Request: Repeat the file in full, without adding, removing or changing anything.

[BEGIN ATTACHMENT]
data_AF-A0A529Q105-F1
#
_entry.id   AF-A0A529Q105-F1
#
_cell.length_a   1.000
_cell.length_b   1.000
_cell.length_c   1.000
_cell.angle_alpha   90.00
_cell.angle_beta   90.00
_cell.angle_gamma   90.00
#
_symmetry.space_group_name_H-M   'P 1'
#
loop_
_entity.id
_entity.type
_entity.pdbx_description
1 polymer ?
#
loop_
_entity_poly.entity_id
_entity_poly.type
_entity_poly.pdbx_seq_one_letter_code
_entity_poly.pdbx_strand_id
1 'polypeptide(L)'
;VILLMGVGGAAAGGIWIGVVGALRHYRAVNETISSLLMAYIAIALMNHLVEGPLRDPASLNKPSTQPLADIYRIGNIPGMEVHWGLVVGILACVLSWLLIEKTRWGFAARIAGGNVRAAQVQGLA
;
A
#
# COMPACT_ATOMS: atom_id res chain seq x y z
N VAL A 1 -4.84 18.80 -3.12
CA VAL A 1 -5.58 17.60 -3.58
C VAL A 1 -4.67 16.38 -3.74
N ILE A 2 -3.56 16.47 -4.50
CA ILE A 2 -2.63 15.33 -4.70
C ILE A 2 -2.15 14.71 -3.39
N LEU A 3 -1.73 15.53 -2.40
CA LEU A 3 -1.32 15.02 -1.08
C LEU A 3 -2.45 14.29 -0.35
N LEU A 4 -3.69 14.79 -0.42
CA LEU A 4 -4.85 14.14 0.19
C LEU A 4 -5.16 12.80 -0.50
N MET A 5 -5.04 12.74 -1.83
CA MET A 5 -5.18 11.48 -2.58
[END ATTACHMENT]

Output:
data_AF-A0A529Q105-F1
#
_entry.id   AF-A0A529Q105-F1
#
_cell.length_a   1.000
_cell.length_b   1.000
_cell.length_c   1.000
_cell.angle_alpha   90.00
_cell.angle_beta   90.00
_cell.angle_gamma   90.00
#
_symmetry.space_group_name_H-M   'P 1'
#
loop_
_entity.id
_entity.type
_entity.pdbx_description
1 polymer ?
#
loop_
_entity_poly.entity_id
_entity_poly.type
_entity_poly.pdbx_seq_one_letter_code
_entity_poly.pdbx_strand_id
1 'polypeptide(L)'
;VILLMGVGGAAAGGIWIGVVGALRHYRAVNETISSLLMAYIAIALMNHLVEGPLRDPASLNKPSTQPLADIYRIGNIPGMEVHWGLVVGILACVLSWLLIEKTRWGFAARIAGGNVRAAQVQGLA
;
A
#
# COMPACT_ATOMS: atom_id res chain seq x y z
N VAL A 1 -4.84 18.80 -3.12
CA VAL A 1 -5.58 17.60 -3.58
C VAL A 1 -4.67 16.38 -3.74
N ILE A 2 -3.56 16.47 -4.50
CA ILE A 2 -2.63 15.33 -4.70
C ILE A 2 -2.15 14.71 -3.39
N LEU A 3 -1.73 15.53 -2.40
CA LEU A 3 -1.32 15.02 -1.08
C LEU A 3 -2.45 14.29 -0.35
N LEU A 4 -3.69 14.79 -0.42
CA LEU A 4 -4.85 14.14 0.19
C LEU A 4 -5.16 12.80 -0.50
N MET A 5 -5.04 12.74 -1.83
CA MET A 5 -5.18 11.48 -2.58